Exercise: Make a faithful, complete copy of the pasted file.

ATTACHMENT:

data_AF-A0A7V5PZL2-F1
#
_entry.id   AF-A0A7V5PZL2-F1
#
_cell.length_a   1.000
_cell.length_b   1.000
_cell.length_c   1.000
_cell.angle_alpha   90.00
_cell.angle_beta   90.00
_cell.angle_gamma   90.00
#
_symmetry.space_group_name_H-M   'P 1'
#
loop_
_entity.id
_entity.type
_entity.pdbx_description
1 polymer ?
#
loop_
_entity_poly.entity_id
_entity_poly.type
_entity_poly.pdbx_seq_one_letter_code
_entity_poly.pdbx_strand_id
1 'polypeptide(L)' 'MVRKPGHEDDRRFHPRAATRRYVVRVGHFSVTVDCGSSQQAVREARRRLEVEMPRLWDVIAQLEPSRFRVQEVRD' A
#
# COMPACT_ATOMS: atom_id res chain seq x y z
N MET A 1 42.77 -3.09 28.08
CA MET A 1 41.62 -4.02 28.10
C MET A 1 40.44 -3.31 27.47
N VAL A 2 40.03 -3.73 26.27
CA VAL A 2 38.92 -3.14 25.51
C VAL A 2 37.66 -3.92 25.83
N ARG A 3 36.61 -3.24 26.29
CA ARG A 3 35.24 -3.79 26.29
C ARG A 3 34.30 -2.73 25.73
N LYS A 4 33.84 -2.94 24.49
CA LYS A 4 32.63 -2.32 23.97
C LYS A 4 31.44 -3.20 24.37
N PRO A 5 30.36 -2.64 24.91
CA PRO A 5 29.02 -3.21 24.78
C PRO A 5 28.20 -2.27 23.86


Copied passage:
data_AF-A0A7V5PZL2-F1
#
_entry.id   AF-A0A7V5PZL2-F1
#
_cell.length_a   1.000
_cell.length_b   1.000
_cell.length_c   1.000
_cell.angle_alpha   90.00
_cell.angle_beta   90.00
_cell.angle_gamma   90.00
#
_symmetry.space_group_name_H-M   'P 1'
#
loop_
_entity.id
_entity.type
_entity.pdbx_description
1 polymer ?
#
loop_
_entity_poly.entity_id
_entity_poly.type
_entity_poly.pdbx_seq_one_letter_code
_entity_poly.pdbx_strand_id
1 'polypeptide(L)' 'MVRKPGHEDDRRFHPRAATRRYVVRVGHFSVTVDCGSSQQAVREARRRLEVEMPRLWDVIAQLEPSRFRVQEVRD' A
#
# COMPACT_ATOMS: atom_id res chain seq x y z
N MET A 1 42.77 -3.09 28.08
CA MET A 1 41.62 -4.02 28.10
C MET A 1 40.44 -3.31 27.47
N VAL A 2 40.03 -3.73 26.27
CA VAL A 2 38.92 -3.14 25.51
C VAL A 2 37.66 -3.92 25.83
N ARG A 3 36.61 -3.24 26.29
CA ARG A 3 35.24 -3.79 26.29
C ARG A 3 34.30 -2.73 25.73
N LYS A 4 33.84 -2.94 24.49
CA LYS A 4 32.63 -2.32 23.97
C LYS A 4 31.44 -3.20 24.37
N PRO A 5 30.36 -2.64 24.91
CA PRO A 5 29.02 -3.21 24.78
C PRO A 5 28.20 -2.27 23.86